Improving Risk Factor Identification of Human Complex Traits in Omics Data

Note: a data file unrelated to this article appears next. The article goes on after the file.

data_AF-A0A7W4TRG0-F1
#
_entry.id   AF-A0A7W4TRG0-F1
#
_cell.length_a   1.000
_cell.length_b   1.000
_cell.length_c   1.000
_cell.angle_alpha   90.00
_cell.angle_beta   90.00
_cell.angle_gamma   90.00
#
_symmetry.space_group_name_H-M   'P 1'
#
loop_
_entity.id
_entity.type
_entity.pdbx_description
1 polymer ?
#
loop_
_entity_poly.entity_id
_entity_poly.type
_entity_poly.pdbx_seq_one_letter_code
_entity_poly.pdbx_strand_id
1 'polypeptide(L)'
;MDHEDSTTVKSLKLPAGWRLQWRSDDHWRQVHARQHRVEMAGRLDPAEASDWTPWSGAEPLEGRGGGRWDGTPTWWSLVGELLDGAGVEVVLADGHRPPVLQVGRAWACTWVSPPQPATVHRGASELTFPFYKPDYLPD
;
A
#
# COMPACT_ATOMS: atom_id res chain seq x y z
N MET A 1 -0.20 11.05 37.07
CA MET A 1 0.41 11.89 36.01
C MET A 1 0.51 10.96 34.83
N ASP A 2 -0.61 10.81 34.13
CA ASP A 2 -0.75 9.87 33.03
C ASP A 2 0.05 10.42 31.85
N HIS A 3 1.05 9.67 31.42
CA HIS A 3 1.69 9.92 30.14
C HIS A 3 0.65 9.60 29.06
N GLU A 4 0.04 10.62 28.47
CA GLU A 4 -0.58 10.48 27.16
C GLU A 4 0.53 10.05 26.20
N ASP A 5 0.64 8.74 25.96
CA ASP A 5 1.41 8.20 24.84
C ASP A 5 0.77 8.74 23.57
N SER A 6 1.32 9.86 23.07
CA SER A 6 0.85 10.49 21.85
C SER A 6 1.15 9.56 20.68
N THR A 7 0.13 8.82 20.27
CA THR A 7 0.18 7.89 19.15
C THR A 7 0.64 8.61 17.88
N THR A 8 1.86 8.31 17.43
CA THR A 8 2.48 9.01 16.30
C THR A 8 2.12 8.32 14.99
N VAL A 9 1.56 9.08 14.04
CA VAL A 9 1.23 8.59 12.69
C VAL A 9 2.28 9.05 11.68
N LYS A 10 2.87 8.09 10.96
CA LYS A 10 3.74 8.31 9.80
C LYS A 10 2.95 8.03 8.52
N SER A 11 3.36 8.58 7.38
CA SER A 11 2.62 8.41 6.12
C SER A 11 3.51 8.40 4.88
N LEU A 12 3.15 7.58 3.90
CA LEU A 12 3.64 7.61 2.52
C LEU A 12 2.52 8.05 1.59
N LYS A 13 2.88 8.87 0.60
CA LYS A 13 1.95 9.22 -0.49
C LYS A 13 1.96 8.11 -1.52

With recent advances in various high throughput technologies, the rise of omics data offers a promise of personalized health care with its potential to expand both the depth and the width of the identification of risk factors that are associated with human complex traits. In genomics, the introduction of repeated measures and the increased sequencing depth provides an opportunity for deeper investigation of disease dynamics for patients. In transcriptomics, high throughput single-cell assays provide cellular level gene expression depicting cell-to-cell heterogeneity. The cell-level resolution of gene expression data brought the opportunities to promote our understanding of cell function, disease pathogenesis, and treatment response for more precise therapeutic development. Along with these advances are the challenges posed by the increasingly complicated data sets. In genomics, as repeated measures of phenotypes are crucial for understanding the onset of disease and its temporal pattern, longitudinal designs of omics data and phenotypes are being increasingly introduced. However, current statistical tests for longitudinal outcomes, especially for binary outcomes, depend heavily on the correct specification of the phenotype model. As many diseases are rare, efficient designs are commonly applied in epidemiological studies to recruit more cases. Despite the enhanced efficiency in the study sample, this non-random ascertainment sampling can be a major source of model misspecification that may lead to inflated type I error and/or power loss in the association analysis. In transcriptomics, the analysis of single-cell RNA-seq data is facing its particular challenges due to low library size, high noise level, and prevalent dropout events. The purpose of this dissertation is to provide the methodological foundation to tackle the aforementioned challenges. We first propose a set of retrospective association tests for the identification of genetic loci associated with longitudinal binary traits. These tests are robust to different types of phenotype model misspecification and ascertainment sampling design which is common in longitudinal cohorts. We then extend these retrospective tests to variant-set tests for genetic rare variants that have low detection power by incorporating the variance component test and burden test into the retrospective test framework. Finally, we present a novel gene-graph based imputation method to impute dropout events in single-cell transcriptomic data to recover true gene expression level by borrowing information from adjacent genes in the gene graph.